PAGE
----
PAR: Resistance to racist migration policies in the UK

Erel, Umut; Kaptani, Erene; O'Neill, Maggie and Reynolds, Tracey (2022). PAR: Resistance to racist migration policies in the UK. In: Bacal Roij, Azril ed. Transformative Research and Higher Education. London: Emerald Publishing Limited, pp. 93–106.



In this chapter we share research findings from our collaborative research project ‘PASAR: Participatory Arts and Social Action in Research’ (, which combines participatory action research methods of participatory theatre and walking methods in order to understand the way in which racialized migrant women challenge their exclusion and subjugation in the context of the UK. The situation of migrant families in the UK is currently characterized by the ‘hostile environment’ policies. This policy ‘is a sprawling web of immigration controls embedded in the heart of our public services and communities. The Government requires employers, landlords, private sector workers, NHS staff and other public servants to check a person’s immigration status before they can offer them a job, housing, healthcare or other support.’ (Liberty 2018:5). The currently hegemonic political discourse, views migrants as outsiders to the nation and challenges their right to access welfare. Migrant families are cast as outsiders to citizenship, challenging the social and cultural cohesion of the nation. Indeed, UK immigration policies render it difficult for migrant families to secure their social and economic reproduction. Against this backdrop, the research explores how racialized migrant families develop their subjugated knowledges to claim belonging and participate in the society they live in. In this presentation, we share the key methodological findings, challenges and benefits of working with a PAR approach for co-producing transformatory knowledge with migrant families and advocacy organizations.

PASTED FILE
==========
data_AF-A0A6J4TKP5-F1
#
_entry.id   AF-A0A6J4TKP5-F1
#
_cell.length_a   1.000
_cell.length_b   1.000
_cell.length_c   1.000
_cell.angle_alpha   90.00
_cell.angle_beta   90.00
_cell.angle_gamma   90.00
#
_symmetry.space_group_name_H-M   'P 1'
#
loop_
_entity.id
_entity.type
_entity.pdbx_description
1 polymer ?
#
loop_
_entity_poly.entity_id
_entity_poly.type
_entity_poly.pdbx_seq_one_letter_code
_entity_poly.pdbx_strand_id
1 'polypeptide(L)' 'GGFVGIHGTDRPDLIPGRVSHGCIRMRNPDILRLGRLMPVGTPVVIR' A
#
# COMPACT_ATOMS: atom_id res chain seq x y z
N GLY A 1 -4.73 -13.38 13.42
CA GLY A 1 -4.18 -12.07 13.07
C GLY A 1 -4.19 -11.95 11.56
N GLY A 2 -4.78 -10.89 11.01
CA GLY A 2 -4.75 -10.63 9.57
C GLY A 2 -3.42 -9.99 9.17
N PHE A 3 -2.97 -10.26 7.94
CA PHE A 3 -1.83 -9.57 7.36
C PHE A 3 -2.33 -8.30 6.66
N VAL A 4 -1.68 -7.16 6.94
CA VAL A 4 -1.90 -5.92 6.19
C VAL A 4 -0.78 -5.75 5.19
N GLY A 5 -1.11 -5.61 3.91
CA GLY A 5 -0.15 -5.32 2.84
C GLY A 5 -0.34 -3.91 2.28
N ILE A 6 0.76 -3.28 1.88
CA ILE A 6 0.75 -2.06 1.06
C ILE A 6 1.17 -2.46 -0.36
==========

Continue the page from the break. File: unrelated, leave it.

In line with the aims of this book, we reflect on the transformatory potential of research and knowledge for the common good through ‘alternative collaborative system of co-researchers and co-learners engaged in dialogue with civil society and social movements’ (Bacal, Introduction p. 1, see also Andersen and Frandsen, this volume).

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